December 2009 Making Connections: 101 Best Sites, FOIA and More

By Family Tree Editors Premium

Security Clearance
The excellent information in “Under Surveillance” (November 2009) enables this average genealogist to feel like I’m an investigative reporter by writing FOIA on my envelopes. How empowering! What really made this article pop were the bold, hilarious illustrations. I’d give this artist government clearance any day.

Connie Parrott, via e-mail

Perfect Sites
Despite being descended from ancestors that “swung down from the trees,” David Fryxell has put together an excellent list of handy and helpful Web sites.
Ed Schultz, Renton, Wash.

I was stunned to see that you didn’t list West Virginia’s online archives. They’re fantastic—I’ve downloaded original document copies from the late 1700s to the 1950s.

Kurt Cook, Salt Lake City

As a long-time subscriber, I have always appreciated your 101 Best Web Sites issue (September 2009), but never more than this year. Two of the Web sites listed—both free!—Seeking Michigan and the BYU Family History Archives—helped me break down some age-old brick walls.

I was able to locate death certificates for my great-great-grandmother and third-great-grandmother on the Seeking Michigan site. I found several other relevant death records for various lines in my family tree as well.

The information provided on the death certificates helped me to find the children and maiden names of several additional ancestors.
On a whim I checked out the BYU Family History Archives and found a complete manuscript by Marianna Malkowski on the House family. While I already have a copy of the book, I was happy that Malkowski’s wonderful work is available to House descendants not fortunate enough to have a copy.
Carol Hermann, via e-mail

Big Question
I don’t know how you do it, but the September 2009 issue is chock-full of hints, methods and Web sites. I especially loved the genealogy hope chest, “Perfect Tens” and the excellent section on our National Archives.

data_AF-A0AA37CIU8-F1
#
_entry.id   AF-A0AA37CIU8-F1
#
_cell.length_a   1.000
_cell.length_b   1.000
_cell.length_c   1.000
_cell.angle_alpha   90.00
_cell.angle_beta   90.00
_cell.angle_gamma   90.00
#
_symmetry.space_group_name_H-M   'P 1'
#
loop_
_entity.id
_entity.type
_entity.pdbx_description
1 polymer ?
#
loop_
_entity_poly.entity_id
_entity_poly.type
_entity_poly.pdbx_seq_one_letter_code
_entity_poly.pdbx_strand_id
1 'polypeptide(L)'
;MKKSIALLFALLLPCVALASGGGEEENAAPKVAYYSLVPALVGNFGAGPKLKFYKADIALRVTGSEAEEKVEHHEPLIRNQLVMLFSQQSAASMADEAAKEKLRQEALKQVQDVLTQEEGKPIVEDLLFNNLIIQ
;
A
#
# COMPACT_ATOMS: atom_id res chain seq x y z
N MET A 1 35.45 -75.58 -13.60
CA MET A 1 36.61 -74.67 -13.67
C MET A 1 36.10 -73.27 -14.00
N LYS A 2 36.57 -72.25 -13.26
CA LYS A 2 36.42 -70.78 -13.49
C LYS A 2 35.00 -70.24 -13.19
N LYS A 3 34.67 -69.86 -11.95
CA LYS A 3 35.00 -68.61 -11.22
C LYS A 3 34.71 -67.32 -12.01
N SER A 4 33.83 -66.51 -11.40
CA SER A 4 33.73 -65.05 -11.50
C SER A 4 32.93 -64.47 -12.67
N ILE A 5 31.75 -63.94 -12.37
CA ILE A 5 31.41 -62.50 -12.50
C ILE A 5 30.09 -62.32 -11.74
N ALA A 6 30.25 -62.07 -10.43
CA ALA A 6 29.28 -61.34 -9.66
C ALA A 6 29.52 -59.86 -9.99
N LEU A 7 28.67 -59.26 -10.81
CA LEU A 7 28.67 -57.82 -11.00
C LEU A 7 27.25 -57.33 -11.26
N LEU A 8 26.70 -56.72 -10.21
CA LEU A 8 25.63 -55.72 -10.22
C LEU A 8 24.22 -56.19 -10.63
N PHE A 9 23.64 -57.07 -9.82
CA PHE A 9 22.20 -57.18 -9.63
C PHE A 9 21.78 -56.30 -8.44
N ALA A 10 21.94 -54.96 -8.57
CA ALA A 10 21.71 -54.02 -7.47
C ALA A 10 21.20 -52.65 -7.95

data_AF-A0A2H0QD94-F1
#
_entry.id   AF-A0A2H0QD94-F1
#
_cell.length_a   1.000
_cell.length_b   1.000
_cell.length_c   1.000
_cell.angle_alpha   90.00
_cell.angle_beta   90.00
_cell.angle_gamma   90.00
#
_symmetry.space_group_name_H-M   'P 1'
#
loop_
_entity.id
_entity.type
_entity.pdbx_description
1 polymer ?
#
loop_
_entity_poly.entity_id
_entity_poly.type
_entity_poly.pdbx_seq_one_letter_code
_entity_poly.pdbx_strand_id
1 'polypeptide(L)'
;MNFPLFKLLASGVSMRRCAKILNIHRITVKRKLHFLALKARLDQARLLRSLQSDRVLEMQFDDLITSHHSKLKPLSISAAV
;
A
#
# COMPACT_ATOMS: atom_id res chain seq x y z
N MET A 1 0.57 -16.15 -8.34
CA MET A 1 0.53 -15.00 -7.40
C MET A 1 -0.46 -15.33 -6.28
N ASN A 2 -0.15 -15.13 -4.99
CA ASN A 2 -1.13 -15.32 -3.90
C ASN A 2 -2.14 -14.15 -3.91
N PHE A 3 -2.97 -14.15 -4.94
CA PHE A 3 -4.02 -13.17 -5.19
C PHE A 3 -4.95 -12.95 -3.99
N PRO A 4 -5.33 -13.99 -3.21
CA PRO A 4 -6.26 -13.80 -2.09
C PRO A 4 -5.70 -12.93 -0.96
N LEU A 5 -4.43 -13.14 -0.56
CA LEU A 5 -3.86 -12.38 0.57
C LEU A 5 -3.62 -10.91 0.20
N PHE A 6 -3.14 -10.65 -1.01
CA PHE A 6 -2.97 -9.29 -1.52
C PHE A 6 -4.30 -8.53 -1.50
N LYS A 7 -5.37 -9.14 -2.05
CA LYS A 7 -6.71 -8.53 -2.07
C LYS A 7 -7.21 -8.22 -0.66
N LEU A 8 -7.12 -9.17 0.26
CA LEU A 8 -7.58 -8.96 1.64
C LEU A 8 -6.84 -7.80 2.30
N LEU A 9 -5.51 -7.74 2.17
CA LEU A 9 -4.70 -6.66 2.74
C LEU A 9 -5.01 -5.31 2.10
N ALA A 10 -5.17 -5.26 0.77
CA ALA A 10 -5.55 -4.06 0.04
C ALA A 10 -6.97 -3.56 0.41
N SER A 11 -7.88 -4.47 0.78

Not to be overlooked is the article on local libraries. We’re in the process of cataloging the contents in the genealogy section of our local library, where we have photographs, maps, necrologies and microfilm going back 100 years. These libraries are a treasure trove of information.

A recent conversation with friends brought up this question: Why didn’t our history teachers use genealogy to teach history? It would’ve been more interesting and meaningful to chase our own relatives than to memorize dates and battles.

Dianne Newman, Waters, Mich.

Master Scan
I read with interest the article by Rick Crume on film scanners in the September 2009 issue (“Positive Outlook”). I just talked to a technical service person at Canon Canada who says the CanoScan 9950F has been discontinued and is no longer available. I was disappointed.
Edward Dinniwell,  via e-mail

Editor’s note: Although we make every effort to ensure information in themagazine is up to date, fast-changing technology products sometimes outpace our long lead times. A good alternative to the 9950F, which is no longer being produced, is the CanoScan 8800F.
Library Power

I just read your article “Library of Knowledge” in the September 2009 Family Tree Magazine, and I am so pleased with how it came out. Sunny McClellan Morton truly captured why libraries are still important for genealogical research. Thank you so much for writing a piece that I am so happy to be affiliated with! 

Maira Liriano, Manager, Milstein Division of US History, Local History & Genealogy, The New York Public Library
From the December 2009 Family Tree Magazine